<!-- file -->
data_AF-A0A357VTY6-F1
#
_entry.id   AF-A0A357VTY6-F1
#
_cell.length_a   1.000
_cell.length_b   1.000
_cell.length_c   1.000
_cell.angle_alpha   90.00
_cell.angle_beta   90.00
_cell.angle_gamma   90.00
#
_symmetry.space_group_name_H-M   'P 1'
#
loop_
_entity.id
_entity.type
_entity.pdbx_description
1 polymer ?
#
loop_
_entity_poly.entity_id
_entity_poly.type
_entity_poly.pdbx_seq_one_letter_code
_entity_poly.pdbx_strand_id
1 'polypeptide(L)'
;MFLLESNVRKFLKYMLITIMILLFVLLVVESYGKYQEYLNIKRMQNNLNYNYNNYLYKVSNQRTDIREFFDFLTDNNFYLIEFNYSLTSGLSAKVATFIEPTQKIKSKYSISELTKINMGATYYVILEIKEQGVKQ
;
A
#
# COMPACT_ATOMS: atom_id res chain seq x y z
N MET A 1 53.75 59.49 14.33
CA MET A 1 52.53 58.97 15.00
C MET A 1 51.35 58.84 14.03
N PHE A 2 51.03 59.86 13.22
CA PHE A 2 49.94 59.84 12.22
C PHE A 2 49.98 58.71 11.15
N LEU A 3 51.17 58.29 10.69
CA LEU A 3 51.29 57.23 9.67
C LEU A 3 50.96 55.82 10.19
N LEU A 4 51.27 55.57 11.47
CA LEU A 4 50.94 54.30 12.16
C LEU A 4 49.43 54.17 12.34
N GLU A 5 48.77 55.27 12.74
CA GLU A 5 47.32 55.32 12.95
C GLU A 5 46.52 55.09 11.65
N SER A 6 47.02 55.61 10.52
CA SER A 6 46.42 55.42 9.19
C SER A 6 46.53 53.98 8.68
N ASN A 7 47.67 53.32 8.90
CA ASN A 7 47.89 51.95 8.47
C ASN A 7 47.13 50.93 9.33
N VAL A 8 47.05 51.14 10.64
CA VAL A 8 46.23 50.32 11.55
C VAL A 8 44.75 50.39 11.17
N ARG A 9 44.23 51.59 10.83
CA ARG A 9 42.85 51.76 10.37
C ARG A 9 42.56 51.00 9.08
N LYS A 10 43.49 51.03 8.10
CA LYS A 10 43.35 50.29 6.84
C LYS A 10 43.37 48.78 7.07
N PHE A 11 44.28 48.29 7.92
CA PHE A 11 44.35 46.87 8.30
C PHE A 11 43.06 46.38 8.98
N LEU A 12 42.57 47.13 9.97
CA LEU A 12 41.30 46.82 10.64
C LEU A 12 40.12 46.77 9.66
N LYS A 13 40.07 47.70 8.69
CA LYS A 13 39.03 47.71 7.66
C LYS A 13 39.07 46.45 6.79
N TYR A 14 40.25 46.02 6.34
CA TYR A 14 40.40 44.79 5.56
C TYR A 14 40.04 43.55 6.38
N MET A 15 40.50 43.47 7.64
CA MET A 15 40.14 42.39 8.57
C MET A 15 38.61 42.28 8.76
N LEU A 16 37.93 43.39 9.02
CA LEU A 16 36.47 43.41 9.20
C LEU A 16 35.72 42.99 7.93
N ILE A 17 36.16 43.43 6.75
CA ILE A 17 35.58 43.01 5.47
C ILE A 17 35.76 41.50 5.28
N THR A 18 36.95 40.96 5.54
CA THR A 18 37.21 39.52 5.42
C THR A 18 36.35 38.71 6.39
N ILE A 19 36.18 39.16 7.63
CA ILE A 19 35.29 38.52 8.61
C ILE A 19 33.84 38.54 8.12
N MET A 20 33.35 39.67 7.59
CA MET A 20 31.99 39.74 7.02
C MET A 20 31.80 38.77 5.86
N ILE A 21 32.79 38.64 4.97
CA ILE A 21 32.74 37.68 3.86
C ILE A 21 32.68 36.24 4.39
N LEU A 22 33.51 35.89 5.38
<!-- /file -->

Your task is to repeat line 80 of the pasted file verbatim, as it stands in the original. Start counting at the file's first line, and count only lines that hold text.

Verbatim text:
CA ILE A 17 35.58 43.01 5.47